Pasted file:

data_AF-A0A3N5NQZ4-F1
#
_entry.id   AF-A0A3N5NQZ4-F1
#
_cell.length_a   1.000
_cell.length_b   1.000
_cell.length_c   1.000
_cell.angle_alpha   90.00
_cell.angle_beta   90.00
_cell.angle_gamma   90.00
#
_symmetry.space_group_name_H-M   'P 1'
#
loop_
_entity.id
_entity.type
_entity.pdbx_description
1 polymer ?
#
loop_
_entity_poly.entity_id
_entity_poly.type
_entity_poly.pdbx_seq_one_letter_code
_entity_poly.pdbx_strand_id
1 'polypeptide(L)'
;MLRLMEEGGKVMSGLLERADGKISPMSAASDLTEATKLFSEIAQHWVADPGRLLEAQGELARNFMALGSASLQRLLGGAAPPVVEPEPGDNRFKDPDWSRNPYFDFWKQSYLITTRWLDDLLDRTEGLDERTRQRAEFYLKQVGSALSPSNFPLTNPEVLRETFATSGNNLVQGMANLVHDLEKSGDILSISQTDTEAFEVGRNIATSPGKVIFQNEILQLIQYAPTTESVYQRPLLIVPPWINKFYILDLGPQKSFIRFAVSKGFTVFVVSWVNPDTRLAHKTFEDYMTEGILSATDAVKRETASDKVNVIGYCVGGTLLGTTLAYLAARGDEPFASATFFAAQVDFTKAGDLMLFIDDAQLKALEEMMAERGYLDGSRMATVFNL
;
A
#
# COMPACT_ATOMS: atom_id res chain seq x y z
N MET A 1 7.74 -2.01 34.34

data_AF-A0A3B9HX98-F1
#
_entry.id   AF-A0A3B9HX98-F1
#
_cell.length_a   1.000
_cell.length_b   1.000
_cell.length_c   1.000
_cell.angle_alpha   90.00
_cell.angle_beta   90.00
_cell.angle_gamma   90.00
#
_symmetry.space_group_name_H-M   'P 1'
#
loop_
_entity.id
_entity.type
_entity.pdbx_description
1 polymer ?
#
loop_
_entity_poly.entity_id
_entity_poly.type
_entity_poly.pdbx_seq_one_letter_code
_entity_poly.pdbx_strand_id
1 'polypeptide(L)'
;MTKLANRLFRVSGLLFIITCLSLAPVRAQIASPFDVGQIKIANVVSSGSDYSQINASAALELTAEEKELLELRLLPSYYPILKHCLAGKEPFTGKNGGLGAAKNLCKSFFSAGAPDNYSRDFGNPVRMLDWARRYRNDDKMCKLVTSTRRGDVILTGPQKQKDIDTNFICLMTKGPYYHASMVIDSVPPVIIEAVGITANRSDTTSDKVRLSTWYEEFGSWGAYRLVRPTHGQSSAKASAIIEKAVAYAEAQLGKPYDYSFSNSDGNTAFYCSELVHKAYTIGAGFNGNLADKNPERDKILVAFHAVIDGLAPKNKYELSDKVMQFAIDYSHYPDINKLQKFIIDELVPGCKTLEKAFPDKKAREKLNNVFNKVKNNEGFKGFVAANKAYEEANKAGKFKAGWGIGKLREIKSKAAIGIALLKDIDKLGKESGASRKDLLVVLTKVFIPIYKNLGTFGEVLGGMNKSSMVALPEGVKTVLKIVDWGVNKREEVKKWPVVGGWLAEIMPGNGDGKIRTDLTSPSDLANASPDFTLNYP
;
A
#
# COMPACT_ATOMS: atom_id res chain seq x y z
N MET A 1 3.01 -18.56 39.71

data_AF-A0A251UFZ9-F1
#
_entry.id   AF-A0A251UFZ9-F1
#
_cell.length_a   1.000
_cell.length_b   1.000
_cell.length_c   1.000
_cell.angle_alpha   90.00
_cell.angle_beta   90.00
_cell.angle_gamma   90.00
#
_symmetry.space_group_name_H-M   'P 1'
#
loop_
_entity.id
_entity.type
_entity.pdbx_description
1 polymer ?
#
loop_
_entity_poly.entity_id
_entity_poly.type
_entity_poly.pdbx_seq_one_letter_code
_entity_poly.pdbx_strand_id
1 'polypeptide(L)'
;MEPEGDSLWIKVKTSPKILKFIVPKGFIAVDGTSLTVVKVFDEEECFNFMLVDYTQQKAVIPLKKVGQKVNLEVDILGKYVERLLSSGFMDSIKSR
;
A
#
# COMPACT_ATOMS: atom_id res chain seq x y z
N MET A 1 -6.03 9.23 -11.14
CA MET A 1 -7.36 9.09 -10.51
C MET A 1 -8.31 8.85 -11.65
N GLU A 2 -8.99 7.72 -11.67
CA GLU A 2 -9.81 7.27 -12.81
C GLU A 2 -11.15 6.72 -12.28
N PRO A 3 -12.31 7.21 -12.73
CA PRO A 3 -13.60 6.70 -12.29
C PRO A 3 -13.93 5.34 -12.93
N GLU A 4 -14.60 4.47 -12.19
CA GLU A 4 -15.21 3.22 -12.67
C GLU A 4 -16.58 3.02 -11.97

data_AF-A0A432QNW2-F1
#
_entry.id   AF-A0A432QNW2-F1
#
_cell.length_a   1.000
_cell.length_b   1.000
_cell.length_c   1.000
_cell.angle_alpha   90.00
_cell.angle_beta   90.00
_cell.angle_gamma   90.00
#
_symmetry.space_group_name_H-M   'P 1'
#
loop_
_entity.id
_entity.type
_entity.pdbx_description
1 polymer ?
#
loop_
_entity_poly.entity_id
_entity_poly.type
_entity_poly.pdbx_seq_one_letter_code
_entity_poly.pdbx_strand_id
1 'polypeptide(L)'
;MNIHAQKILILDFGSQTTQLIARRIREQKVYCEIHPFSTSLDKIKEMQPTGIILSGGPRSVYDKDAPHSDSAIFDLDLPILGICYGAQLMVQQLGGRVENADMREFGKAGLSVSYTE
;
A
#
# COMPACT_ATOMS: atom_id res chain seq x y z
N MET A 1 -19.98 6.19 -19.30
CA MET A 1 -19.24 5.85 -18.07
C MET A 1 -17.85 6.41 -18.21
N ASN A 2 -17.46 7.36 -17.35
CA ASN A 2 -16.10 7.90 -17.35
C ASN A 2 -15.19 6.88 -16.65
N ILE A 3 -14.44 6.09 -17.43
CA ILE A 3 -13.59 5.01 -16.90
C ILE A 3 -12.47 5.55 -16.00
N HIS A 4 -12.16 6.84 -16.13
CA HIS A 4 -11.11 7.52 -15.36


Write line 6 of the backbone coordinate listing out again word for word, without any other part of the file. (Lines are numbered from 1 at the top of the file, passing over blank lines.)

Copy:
_cell.length_b   1.000